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When We Were Free to BeLooking Back at a Children's Classic and the Difference It Made$
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Lori Rotskoff and Laura L. Lovett

Print publication date: 2012

Print ISBN-13: 9780807837238

Published to North Carolina Scholarship Online: July 2014

DOI: 10.5149/9780807837559_rotskoff

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Free to Be on West 80th Street

Free to Be on West 80th Street

Chapter:
(p.229) Free to Be on West 80th Street
Source:
When We Were Free to Be
Author(s):

Dorothy Pitman Hughes

Publisher:
University of North Carolina Press
DOI:10.5149/9780807837559_rotskoff.32

This chapter describes the author's work as an activist, in which she has focused mainly on children. When she saw the toll taken by the Vietnam War, the author was concerned not only about the soldiers but also about the children whose fathers were fighting and sacrificing their lives. Some of these kids did not even have a bed to sleep in. The author immediately went to work to try to solve this problem. This involved her fully in the antiwar movement and in the fight for racially integrated child care in New York City. Working women desperately needed child care services. The author knew many women in the late 1960s and early 1970s who were working at any job they could get and leaving their children at home. The kids were not left totally by themselves. Children often were taking care of other children; twelve-year-olds were taking care of four-year-olds. Twelve-year-olds were doing the cooking, cleaning, and clothes washing—the things a full-grown person would do.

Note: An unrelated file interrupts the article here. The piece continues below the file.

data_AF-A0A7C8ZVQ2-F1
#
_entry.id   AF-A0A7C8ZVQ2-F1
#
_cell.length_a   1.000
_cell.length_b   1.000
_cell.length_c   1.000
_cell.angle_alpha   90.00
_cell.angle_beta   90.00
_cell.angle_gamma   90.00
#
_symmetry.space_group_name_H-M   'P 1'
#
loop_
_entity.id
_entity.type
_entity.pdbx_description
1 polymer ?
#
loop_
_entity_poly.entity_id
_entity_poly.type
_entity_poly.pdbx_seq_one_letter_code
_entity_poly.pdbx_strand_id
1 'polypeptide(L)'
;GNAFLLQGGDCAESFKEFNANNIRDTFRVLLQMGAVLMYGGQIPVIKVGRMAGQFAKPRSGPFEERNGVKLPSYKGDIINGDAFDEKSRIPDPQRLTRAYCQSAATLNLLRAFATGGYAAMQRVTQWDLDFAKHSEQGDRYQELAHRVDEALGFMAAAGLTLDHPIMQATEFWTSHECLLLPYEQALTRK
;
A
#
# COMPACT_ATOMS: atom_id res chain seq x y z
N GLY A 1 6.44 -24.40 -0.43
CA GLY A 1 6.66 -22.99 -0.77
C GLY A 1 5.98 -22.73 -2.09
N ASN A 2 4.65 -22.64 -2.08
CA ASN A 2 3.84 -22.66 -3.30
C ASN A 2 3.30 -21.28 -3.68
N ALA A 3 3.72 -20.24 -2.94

Keywords:   activist, children, Vietnam War, antiwar movement, child care, New York City

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